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The FCC Keeps Radio Market Caps in Place

Completing 2018 review, it also rejects NAB’s pleas to redefine radio’s marketplace

Photo of Jessica Rosenworcel in 2022 after speaking during The National Telecommunications and Information Administration (NTIA) 2022 Spectrum Policy Symposium at the National Press Club
FCC Chairwoman Jessica Rosenworcel in a 2022 photo at the National Press Club (Tom Williams/CQ-Roll Call, Inc via Getty Images)

The long-delayed FCC review of broadcast ownership rules for 2018 finally is in the books. The commission is keeping in place its local ownership limits and caps for radio broadcasters. It also has turned aside broadcaster arguments seeking more deregulation and a different approach to conducting these quadrennial reviews.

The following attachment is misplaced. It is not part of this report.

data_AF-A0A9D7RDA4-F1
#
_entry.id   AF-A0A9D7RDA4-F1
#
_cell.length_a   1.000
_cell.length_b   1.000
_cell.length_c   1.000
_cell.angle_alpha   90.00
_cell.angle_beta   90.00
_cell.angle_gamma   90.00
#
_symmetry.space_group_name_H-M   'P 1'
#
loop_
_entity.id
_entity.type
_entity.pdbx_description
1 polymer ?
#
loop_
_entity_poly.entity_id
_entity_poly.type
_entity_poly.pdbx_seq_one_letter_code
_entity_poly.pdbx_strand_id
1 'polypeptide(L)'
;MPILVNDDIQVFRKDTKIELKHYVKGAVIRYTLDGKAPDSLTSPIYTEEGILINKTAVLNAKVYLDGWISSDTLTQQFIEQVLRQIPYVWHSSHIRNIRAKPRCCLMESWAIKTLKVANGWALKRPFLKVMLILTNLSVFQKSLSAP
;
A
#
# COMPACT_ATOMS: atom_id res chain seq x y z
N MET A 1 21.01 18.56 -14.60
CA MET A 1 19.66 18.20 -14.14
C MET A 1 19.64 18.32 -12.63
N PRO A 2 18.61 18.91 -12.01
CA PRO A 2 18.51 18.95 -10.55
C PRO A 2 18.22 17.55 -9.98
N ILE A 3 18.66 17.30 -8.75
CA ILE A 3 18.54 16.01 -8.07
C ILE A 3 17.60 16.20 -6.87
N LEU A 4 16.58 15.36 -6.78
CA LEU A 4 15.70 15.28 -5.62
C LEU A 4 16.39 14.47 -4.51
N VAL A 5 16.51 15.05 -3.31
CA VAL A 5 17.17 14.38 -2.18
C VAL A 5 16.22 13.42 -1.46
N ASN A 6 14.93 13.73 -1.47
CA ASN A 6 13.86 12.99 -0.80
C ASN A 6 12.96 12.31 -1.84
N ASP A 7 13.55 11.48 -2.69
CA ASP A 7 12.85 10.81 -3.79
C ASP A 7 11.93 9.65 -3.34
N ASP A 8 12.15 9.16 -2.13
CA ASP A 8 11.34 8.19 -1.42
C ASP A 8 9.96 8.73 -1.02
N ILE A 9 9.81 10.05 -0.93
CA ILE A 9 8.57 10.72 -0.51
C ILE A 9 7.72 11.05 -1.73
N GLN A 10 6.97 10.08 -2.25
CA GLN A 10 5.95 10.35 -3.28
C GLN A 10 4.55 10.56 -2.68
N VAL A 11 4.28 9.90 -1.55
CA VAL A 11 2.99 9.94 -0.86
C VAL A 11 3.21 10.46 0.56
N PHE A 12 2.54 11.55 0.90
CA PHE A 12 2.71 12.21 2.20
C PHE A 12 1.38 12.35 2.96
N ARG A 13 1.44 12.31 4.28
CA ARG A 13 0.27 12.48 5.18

The FCC voted 3–2 along party lines to complete the review on the Friday before Christmas, complying with a court-ordered deadline. The commission wrote, “The record of this proceeding demonstrates that while the media industry has experienced both unforeseen challenges and substantial changes since the last quadrennial review, broadcasters retain a uniquely important role serving the American public in their local communities.”

Three ownership rules are subject to review every four years under a mandate from Congress.

They are the local radio ownership rule, which limits common ownership of multiple stations in a market; the local television ownership rule; and the dual television network rule.

In a statement, Chairwoman Jessica Rosenworcel wrote: “With respect to radio, (the completed review) clarifies our approach to subcaps and the contour-overlap methodology used to assess stations.”

In each of the largest radio markets, a licensee can own up to eight commercial radio stations, but a subcap limits a licensee to owning no more than five on each band (FM/AM) in the market. The cap shrinks as market size decreases.